Water-Related News

As sawfish deaths mount, researchers scramble to respond, records show

Overwhelmed experts are baffled over a trail of sick or dead sawfish that has stretched across 78 miles of shallow water in the Keys. The mystery is also stressing dozens of other fish species.

As dead sawfish began washing onshore in the Lower Keys this winter, state researchers and wildlife officers raced to respond to the mounting number of endangered fish thrashing on beaches, circling flats and uncharacteristically jerking their toothy rostrums out of the water.

One was spotted near Marathon in a channel once used for a James Bond movie scene. The same day another appeared miles away, south of the Key West airport, then even farther away, in the remote Mule Keys.

On social media, pictures from the Southernmost Point in Key West competed with videos of smalltooth sawfish pitching onto beaches and swimming into seawalls near the popular tourist town.

Then late last week, videos posted on YouTube looked showed a large sawfish swinging its rostrum out of the water in Boynton Inlet, looking eerily similar to images from the Keys.

Altogether, the trail of sick or dead sawfish in the Keys stretched across 78 miles of shallow water, from Boca Grande to Long Key State Park, according to records from Jan. 30 to March 5 released to WLRN. By mid-February, records show, reports began flooding a state hotline, sometimes up to six a day.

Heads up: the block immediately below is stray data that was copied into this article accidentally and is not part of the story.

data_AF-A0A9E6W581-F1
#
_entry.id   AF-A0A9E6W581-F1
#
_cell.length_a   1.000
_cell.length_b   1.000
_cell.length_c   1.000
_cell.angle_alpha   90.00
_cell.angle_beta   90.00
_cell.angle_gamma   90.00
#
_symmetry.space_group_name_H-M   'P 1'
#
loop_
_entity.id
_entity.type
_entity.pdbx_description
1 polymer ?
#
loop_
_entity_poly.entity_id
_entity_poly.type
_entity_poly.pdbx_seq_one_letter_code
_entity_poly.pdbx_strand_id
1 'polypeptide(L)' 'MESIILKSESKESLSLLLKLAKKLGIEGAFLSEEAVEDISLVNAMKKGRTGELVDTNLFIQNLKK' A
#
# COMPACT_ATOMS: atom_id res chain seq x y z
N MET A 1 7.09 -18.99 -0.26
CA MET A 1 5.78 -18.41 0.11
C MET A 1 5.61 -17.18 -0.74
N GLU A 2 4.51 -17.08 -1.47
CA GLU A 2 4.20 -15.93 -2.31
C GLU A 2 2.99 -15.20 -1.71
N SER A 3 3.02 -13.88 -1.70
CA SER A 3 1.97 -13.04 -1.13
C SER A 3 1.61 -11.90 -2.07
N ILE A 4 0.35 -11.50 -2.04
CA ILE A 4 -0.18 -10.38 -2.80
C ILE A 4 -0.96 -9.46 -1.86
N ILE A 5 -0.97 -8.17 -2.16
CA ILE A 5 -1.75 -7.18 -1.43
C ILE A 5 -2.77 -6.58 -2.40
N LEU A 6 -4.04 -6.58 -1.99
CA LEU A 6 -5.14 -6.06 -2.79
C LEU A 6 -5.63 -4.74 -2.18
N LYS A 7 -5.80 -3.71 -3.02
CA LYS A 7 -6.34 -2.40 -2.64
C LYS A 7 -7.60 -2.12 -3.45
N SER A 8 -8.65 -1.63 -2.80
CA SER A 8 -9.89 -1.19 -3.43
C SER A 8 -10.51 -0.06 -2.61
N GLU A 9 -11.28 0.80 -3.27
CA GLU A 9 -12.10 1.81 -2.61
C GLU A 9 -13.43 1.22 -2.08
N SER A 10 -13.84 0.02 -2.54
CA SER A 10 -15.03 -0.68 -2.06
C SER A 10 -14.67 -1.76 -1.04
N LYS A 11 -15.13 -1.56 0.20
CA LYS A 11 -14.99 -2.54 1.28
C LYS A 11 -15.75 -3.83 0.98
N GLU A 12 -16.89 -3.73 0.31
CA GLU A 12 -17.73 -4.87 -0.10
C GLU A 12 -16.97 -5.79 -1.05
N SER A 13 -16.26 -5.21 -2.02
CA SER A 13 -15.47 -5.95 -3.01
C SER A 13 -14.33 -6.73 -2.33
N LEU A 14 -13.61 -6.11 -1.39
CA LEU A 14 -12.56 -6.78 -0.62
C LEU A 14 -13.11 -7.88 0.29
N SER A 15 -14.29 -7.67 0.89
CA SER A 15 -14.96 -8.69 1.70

Nearly all the dead sawfish have had necropsies performed by Florida Fish and Wildlife Conservation Commission’s sawfish research program based at its Charlotte Harbor field laboratory. Lead scientist Gregg Poulakis, who has referred questions to FWC media staff, has been investigating the fish for more than a decade.

“They're going to open them up and start looking into their internal organs,” Grubbs said. “You might look at their digestive tract. You might look at the liver, gallbladder and kidneys. Do they look normal? Maybe you'll take bile from the gallbladder. Those are your filtration organs so those are the ones that are going to filter any toxins.”